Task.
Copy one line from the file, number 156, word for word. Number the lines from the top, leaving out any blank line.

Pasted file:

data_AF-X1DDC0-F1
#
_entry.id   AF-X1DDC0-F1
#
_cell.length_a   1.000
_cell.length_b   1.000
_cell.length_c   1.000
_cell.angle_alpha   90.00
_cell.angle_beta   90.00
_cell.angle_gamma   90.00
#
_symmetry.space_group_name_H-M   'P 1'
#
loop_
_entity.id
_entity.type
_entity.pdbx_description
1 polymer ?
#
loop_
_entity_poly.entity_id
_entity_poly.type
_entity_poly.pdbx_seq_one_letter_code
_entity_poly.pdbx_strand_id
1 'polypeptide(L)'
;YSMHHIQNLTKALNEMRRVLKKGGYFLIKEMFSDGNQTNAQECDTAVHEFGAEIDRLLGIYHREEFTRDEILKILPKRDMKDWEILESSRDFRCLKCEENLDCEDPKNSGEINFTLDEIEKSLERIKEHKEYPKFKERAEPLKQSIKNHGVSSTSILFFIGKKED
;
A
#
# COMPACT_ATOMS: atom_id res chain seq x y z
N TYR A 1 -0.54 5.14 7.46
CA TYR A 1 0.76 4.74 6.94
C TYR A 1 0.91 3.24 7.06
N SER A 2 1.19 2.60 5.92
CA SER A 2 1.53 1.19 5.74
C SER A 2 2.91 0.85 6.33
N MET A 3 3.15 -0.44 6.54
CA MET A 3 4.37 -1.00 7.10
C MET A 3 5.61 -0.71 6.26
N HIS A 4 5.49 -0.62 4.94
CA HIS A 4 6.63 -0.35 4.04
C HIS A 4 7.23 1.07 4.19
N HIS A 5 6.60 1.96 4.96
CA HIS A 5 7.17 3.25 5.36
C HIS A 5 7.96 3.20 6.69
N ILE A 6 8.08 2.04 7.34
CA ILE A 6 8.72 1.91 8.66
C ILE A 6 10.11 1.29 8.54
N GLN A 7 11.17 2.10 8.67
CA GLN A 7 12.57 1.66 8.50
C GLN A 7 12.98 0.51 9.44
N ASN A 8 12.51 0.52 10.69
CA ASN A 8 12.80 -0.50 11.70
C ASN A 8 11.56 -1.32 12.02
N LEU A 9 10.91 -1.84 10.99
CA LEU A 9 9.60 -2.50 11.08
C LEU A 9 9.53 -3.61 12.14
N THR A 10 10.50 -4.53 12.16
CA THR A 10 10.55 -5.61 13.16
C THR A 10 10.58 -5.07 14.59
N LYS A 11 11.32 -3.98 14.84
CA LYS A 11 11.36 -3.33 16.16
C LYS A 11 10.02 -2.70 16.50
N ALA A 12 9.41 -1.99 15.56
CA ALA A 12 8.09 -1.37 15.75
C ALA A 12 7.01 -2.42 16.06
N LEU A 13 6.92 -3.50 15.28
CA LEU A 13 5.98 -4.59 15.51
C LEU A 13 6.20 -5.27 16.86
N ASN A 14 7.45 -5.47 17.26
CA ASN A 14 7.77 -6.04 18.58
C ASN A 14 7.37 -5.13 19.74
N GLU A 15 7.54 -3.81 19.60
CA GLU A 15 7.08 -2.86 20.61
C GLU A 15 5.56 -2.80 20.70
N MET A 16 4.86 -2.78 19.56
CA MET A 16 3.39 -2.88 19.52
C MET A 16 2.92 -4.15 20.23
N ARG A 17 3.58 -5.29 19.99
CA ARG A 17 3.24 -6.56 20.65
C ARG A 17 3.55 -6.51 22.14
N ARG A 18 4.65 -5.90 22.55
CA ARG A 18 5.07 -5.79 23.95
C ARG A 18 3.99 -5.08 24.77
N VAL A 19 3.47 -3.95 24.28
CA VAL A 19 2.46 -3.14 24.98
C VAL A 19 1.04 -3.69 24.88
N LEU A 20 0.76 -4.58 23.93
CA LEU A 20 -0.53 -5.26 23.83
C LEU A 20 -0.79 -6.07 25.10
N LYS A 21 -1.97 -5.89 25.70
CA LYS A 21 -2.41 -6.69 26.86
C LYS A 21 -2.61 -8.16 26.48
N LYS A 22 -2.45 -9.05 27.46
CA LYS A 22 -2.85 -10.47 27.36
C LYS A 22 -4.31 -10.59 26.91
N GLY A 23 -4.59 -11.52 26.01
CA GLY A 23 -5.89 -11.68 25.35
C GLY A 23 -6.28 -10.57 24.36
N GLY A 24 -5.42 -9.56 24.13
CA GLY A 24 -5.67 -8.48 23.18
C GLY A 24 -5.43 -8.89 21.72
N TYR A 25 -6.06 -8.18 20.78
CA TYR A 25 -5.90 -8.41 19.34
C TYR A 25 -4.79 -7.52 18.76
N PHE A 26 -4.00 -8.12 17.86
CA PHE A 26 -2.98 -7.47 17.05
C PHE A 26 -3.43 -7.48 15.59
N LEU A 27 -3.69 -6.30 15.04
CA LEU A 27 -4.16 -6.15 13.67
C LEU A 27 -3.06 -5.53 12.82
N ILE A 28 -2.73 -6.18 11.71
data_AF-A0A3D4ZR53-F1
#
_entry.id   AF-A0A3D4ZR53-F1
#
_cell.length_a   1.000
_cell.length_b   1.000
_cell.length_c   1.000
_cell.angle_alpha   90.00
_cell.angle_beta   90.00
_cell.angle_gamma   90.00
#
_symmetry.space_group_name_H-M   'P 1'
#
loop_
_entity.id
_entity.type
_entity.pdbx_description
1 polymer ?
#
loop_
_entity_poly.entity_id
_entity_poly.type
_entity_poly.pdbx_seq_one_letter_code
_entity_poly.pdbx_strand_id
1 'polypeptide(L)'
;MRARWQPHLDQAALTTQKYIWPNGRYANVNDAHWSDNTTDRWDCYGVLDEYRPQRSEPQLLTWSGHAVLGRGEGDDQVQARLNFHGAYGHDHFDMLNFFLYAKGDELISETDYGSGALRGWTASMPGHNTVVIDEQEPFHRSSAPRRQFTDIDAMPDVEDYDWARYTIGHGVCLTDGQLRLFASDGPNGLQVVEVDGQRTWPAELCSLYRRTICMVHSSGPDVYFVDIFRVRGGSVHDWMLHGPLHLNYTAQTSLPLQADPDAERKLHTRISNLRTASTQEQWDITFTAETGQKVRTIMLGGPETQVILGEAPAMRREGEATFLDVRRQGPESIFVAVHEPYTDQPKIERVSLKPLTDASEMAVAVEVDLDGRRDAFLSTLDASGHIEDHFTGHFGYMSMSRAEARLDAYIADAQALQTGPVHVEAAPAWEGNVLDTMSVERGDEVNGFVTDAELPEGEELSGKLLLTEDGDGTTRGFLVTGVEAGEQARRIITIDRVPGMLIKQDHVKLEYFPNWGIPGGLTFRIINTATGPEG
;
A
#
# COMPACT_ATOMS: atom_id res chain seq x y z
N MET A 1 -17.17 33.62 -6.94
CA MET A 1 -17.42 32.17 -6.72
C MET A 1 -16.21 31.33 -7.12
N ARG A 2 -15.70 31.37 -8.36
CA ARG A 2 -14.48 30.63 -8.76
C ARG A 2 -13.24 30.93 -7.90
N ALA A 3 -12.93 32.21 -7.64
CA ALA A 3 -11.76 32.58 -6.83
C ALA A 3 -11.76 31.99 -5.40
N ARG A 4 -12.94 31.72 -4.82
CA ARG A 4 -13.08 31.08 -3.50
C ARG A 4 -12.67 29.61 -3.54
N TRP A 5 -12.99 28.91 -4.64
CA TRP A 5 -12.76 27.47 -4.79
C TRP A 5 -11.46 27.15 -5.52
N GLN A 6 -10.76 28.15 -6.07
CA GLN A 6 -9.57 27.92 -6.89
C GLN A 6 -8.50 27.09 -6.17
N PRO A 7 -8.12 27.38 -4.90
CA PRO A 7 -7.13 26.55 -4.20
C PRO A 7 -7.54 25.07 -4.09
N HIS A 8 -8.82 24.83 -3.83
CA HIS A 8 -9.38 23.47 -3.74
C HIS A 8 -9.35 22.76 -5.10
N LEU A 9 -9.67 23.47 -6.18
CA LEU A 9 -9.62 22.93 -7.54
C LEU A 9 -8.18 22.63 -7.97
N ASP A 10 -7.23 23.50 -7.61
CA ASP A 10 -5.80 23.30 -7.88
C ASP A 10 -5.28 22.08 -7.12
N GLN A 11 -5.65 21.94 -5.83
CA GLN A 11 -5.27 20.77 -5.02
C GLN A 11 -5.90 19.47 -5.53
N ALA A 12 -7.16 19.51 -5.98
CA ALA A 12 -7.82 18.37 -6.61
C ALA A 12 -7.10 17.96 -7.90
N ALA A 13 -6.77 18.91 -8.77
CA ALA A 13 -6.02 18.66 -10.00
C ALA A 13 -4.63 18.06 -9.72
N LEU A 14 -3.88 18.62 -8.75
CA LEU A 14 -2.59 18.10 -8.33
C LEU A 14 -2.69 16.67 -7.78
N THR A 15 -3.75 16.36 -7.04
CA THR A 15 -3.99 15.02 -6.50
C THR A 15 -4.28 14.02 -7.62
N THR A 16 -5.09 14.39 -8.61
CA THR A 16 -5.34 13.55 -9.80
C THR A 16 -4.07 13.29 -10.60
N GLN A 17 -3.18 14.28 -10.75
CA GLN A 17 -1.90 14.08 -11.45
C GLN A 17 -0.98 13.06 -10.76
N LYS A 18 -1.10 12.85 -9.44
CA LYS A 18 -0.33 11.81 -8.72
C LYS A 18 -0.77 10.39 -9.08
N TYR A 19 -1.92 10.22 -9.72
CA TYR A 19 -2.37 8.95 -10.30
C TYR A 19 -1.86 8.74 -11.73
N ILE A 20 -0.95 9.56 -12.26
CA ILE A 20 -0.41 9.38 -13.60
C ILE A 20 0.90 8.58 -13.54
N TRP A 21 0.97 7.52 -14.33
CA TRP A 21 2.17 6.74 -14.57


CA TRP A 5 -12.76 27.47 -4.79